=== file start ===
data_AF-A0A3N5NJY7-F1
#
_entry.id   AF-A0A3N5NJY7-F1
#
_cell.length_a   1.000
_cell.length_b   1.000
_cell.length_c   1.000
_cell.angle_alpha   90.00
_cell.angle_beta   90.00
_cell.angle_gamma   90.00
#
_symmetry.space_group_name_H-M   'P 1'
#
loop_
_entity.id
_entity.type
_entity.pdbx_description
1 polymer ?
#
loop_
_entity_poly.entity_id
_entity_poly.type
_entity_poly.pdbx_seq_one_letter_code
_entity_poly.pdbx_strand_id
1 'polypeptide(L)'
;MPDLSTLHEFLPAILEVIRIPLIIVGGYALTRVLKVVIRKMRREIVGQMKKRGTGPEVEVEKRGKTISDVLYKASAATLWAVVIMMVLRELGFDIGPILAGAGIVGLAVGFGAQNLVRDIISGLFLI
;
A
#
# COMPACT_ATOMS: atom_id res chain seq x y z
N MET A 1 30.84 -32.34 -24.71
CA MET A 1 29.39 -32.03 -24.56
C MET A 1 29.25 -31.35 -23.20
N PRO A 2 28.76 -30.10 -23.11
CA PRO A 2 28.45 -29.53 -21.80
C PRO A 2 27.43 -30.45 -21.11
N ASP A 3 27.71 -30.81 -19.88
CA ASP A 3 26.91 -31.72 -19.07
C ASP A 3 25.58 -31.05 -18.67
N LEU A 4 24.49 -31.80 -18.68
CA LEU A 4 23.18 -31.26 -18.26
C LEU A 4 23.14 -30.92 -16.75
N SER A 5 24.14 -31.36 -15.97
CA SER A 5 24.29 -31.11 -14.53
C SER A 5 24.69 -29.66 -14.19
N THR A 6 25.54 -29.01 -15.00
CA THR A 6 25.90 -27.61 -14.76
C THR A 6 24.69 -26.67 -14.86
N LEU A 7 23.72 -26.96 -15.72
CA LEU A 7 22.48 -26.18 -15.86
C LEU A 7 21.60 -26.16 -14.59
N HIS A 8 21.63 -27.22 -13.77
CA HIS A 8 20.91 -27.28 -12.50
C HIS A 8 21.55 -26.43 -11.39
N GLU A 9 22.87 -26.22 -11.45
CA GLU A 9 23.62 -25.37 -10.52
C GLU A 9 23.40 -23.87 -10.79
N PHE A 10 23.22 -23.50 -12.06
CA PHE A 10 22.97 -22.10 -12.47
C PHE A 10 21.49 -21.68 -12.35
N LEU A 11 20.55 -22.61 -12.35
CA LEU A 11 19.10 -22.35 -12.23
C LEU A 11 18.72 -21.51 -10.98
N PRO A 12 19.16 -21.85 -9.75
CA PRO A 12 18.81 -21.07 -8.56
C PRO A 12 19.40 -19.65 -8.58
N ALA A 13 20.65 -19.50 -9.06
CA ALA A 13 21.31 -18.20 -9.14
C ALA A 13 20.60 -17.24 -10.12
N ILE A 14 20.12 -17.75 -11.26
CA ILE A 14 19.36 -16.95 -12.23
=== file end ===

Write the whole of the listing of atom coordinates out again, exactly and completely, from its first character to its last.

data_AF-A0A3N5NJY7-F1
#
_entry.id   AF-A0A3N5NJY7-F1
#
_cell.length_a   1.000
_cell.length_b   1.000
_cell.length_c   1.000
_cell.angle_alpha   90.00
_cell.angle_beta   90.00
_cell.angle_gamma   90.00
#
_symmetry.space_group_name_H-M   'P 1'
#
loop_
_entity.id
_entity.type
_entity.pdbx_description
1 polymer ?
#
loop_
_entity_poly.entity_id
_entity_poly.type
_entity_poly.pdbx_seq_one_letter_code
_entity_poly.pdbx_strand_id
1 'polypeptide(L)'
;MPDLSTLHEFLPAILEVIRIPLIIVGGYALTRVLKVVIRKMRREIVGQMKKRGTGPEVEVEKRGKTISDVLYKASAATLWAVVIMMVLRELGFDIGPILAGAGIVGLAVGFGAQNLVRDIISGLFLI
;
A
#
# COMPACT_ATOMS: atom_id res chain seq x y z
N MET A 1 30.84 -32.34 -24.71
CA MET A 1 29.39 -32.03 -24.56
C MET A 1 29.25 -31.35 -23.20
N PRO A 2 28.76 -30.10 -23.11
CA PRO A 2 28.45 -29.53 -21.80
C PRO A 2 27.43 -30.45 -21.11
N ASP A 3 27.71 -30.81 -19.88
CA ASP A 3 26.91 -31.72 -19.07
C ASP A 3 25.58 -31.05 -18.67
N LEU A 4 24.49 -31.80 -18.68
CA LEU A 4 23.18 -31.26 -18.26
C LEU A 4 23.14 -30.92 -16.75
N SER A 5 24.14 -31.36 -15.97
CA SER A 5 24.29 -31.11 -14.53
C SER A 5 24.69 -29.66 -14.19
N THR A 6 25.54 -29.01 -15.00
CA THR A 6 25.90 -27.61 -14.76
C THR A 6 24.69 -26.67 -14.86
N LEU A 7 23.72 -26.96 -15.72
CA LEU A 7 22.48 -26.18 -15.86
C LEU A 7 21.60 -26.16 -14.59
N HIS A 8 21.63 -27.22 -13.77
CA HIS A 8 20.91 -27.28 -12.50
C HIS A 8 21.55 -26.43 -11.39
N GLU A 9 22.87 -26.22 -11.45
CA GLU A 9 23.62 -25.37 -10.52
C GLU A 9 23.40 -23.87 -10.79
N PHE A 10 23.22 -23.50 -12.06
CA PHE A 10 22.97 -22.10 -12.47
C PHE A 10 21.49 -21.68 -12.35
N LEU A 11 20.55 -22.61 -12.35
CA LEU A 11 19.10 -22.35 -12.23
C LEU A 11 18.72 -21.51 -10.98
N PRO A 12 19.16 -21.85 -9.75
CA PRO A 12 18.81 -21.07 -8.56
C PRO A 12 19.40 -19.65 -8.58
N ALA A 13 20.65 -19.50 -9.06
CA ALA A 13 21.31 -18.20 -9.14
C ALA A 13 20.60 -17.24 -10.12
N ILE A 14 20.12 -17.75 -11.26
CA ILE A 14 19.36 -16.95 -12.23